According to his former boss at food group Heinz, incoming Unilever CEO Hein Schumacher gets seasick, but that hasn’t stopped him from joining and sticking with executive sailing trips.
“Every year, I’d bring nine of our most promising executives to Florida – just me and them, not their bosses. One year, we were on a catamaran on Naples Bay and Hein started turning green,” ex-Heinz chief Bill Johnson told Reuters in an interview. “The water was only four feet deep and 30 feet away from the shore and he was hung over the side of the boat.”
“But even though he knew he was going to be miserable he got on. He was willing to go anywhere and work any hours. Just the most adaptable person who has ever worked for me.”
When Schumacher, 51, takes over Unilever from Alan Jope in July, he will most likely need all of his determination, as well as the experience he gained in food at Heinz and retailing at Dutch grocer Ahold.
The Dove soap to Hellmann’s mayonnaise behemoth must revitalize its underperforming food business while also navigating tricky price negotiations with retailers feeling the pinch of inflationary pressures and a cost-of-living crisis.
Encouragingly for Schumacher, who worked as a finance manager at Unilever before joining Ahold, he was warmly welcomed by activist investor and Unilever board member Nelson Peltz, who has a long track record of shaking up consumer goods companies such as Heinz.
“I first met Hein when I served as a director at the H.J. Heinz Company from 2006 to 2013 and was impressed by his leadership skills and business acumen,” Peltz said.
“I was delighted to learn that he was among the top candidates to become the next CEO of Unilever.”
Peltz and Schumacher “get along pretty well,” according to Johnson, and Peltz reached out to Johnson last year, around the time Schumacher joined Unilever’s board.
“Hein gets to the heart of issues very quickly – which is like Nelson. They’ll get along really well, I have no doubt. Nelson respects capability, honesty, objectivity and results,” Johnson said.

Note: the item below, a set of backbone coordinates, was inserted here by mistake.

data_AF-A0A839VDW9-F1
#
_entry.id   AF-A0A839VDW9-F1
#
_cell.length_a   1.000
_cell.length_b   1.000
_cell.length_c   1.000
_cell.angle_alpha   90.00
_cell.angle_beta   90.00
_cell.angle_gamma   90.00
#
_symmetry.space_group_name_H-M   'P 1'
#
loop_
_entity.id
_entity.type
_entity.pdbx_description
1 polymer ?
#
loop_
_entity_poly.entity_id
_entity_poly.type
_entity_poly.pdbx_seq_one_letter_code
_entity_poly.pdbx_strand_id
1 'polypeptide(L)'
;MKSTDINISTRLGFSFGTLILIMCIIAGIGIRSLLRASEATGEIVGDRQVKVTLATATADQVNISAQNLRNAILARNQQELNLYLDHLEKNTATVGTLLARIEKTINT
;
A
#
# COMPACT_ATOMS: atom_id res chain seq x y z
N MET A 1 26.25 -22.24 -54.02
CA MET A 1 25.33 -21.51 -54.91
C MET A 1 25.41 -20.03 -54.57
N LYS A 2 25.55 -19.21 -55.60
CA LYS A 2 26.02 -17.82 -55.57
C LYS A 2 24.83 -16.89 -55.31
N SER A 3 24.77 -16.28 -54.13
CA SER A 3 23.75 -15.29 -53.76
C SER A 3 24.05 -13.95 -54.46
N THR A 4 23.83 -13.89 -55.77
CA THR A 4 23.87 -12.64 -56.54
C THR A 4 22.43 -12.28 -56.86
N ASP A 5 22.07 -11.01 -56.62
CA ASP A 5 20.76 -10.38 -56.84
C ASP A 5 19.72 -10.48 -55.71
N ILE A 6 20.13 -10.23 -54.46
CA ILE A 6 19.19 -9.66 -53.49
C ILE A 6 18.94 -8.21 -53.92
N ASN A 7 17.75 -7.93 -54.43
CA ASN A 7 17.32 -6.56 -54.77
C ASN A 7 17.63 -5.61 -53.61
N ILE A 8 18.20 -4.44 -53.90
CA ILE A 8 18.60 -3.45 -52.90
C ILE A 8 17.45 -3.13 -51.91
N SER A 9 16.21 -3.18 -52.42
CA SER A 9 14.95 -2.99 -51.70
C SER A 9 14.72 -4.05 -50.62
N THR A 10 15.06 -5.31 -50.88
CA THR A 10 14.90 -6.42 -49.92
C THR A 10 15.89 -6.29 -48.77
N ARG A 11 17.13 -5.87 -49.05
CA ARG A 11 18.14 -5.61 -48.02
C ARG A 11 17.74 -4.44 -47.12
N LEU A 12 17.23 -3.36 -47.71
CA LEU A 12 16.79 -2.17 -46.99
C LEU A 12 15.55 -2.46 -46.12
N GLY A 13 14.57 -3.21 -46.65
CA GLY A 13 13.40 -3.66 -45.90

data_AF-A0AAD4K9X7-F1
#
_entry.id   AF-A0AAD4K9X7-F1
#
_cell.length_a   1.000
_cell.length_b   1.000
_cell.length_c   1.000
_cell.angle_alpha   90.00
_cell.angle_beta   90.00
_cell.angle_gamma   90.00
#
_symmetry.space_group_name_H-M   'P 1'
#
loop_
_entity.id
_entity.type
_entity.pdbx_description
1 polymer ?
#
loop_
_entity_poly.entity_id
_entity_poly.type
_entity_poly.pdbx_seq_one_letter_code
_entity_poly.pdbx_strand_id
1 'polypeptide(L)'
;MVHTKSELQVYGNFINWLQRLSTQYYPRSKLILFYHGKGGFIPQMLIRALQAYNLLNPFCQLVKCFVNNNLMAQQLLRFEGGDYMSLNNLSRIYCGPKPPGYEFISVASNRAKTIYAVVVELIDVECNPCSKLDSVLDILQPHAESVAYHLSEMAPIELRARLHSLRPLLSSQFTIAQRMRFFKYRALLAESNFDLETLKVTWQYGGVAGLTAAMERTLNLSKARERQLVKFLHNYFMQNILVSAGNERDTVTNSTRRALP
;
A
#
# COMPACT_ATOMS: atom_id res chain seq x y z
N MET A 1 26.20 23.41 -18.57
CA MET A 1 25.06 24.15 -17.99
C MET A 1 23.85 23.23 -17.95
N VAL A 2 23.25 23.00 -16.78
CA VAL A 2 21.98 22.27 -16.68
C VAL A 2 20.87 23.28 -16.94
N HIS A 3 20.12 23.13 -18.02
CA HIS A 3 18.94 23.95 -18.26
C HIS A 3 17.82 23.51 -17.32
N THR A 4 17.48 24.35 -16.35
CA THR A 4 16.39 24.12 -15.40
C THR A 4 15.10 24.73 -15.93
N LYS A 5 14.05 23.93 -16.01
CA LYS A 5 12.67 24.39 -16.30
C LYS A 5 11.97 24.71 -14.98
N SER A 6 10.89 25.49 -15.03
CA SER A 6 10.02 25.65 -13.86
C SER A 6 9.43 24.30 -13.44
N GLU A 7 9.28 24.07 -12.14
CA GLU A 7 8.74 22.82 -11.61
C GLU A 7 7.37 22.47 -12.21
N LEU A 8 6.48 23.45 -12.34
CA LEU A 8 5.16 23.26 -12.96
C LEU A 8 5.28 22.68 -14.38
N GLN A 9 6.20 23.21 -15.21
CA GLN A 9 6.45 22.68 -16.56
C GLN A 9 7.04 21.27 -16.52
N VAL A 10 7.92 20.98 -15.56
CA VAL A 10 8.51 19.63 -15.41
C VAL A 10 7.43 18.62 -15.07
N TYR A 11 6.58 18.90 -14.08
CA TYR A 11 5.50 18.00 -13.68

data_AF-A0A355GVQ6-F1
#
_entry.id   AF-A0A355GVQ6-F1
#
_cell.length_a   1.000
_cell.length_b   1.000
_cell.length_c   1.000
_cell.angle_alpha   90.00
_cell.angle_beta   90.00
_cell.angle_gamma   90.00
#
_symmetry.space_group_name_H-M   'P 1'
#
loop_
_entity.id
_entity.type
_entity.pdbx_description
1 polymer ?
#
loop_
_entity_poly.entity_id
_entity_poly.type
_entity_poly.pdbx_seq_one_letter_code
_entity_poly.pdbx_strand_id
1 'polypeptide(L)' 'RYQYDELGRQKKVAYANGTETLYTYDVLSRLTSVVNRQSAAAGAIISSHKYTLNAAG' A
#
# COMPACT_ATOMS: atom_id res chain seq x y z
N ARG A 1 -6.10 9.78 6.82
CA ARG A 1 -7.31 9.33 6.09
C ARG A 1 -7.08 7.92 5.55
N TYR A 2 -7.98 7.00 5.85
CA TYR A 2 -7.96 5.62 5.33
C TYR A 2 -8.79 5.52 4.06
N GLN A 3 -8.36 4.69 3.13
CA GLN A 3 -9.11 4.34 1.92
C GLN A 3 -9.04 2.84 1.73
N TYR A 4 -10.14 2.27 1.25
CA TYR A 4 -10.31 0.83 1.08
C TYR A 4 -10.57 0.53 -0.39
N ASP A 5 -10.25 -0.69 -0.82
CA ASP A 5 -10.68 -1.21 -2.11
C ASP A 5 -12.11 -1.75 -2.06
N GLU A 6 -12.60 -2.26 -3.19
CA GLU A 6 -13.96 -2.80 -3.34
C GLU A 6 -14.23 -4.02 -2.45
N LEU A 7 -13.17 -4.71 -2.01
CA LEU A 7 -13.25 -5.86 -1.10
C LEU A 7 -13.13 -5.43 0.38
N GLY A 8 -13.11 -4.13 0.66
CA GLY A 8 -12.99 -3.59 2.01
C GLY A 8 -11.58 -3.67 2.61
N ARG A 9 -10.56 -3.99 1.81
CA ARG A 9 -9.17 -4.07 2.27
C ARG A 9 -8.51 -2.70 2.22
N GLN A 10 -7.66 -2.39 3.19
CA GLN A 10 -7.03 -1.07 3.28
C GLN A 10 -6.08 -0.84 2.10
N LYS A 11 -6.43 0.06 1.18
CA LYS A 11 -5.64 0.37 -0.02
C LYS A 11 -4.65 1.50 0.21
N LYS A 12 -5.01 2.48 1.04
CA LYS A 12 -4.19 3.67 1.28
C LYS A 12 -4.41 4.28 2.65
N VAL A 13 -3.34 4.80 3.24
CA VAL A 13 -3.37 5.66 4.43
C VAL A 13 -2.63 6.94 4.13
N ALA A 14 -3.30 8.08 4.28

Allan Leighton, a British businessman who also worked with Schumacher, described him as “very calm, certain, clear, and a great listener.”
“He’s ideal for Unilever,” said Leighton, a former CEO of British grocer Asda who has served on the boards of several retailers and consumer companies.
Unilever, one of the world’s largest consumer companies with over 400 brands ranging from detergent to ice cream, has been trying to regain investor trust after its stock has underperformed rivals for years and a failed attempt to buy GSK’s consumer health business a year ago.
Analysts said Schumacher’s appointment indicated that Unilever was unlikely to spin off its food business, which makes Colman’s condiments and Knorr stock cubes, for the time being, given his experience at Heinz and dairy firm FrieslandCampina.
“Why hire a food exec if you are planning to sell the food business?” asked Bernstein’s Bruno Monteyne, adding time would tell whether Schumacher was the right choice.
“Is he in a good position to turn around the food business? Let’s give him a chance. But I am not sure that his past experience of running a dairy commodity trading business, with additional brands, is the best place. The average margin in his last business was 3 to 4% EBIT margins … that is not what Unilever is aiming for.”
Art Winkleblack, another former Schumacher colleague and former Heinz finance chief, was unconcerned about Schumacher’s lack of experience in personal care.
“That wouldn’t worry me a bit. The similarities between food and personal care are more than the dissimilarities – it’ll take him a little while to understand all the products and categories but he’ll come up to speed on that quickly.”
According to Unilever’s most recent annual report, the food business is worth 20 billion euros ($22 billion), is growing at a slower rate than other divisions, and has lower margins than beauty and personal care.
In 2021, the operating profit margin for the food unit was 14.7% versus 20.4% for the beauty and personal care unit. According to Tineke Frikee, a fund manager at Waverton Asset Management, food sales have historically grown at a rate of 1-3% versus 3-5% for personal care.
“Unilever’s valuation multiples would rise if food was sold,” Frikee said.
Schumacher’s experience at Ahold, now Ahold Delhaize, and more than a decade at Heinz, now Kraft Heinz, may also aid Unilever in price negotiations with grocers such as Walmart, Tesco, and Ahold.
“He’s been given a very tough assignment but I have every confidence that if anyone could get Unilever moving in right direction, it’s Hein,” Johnson said.
(Adapted from Reuters.com)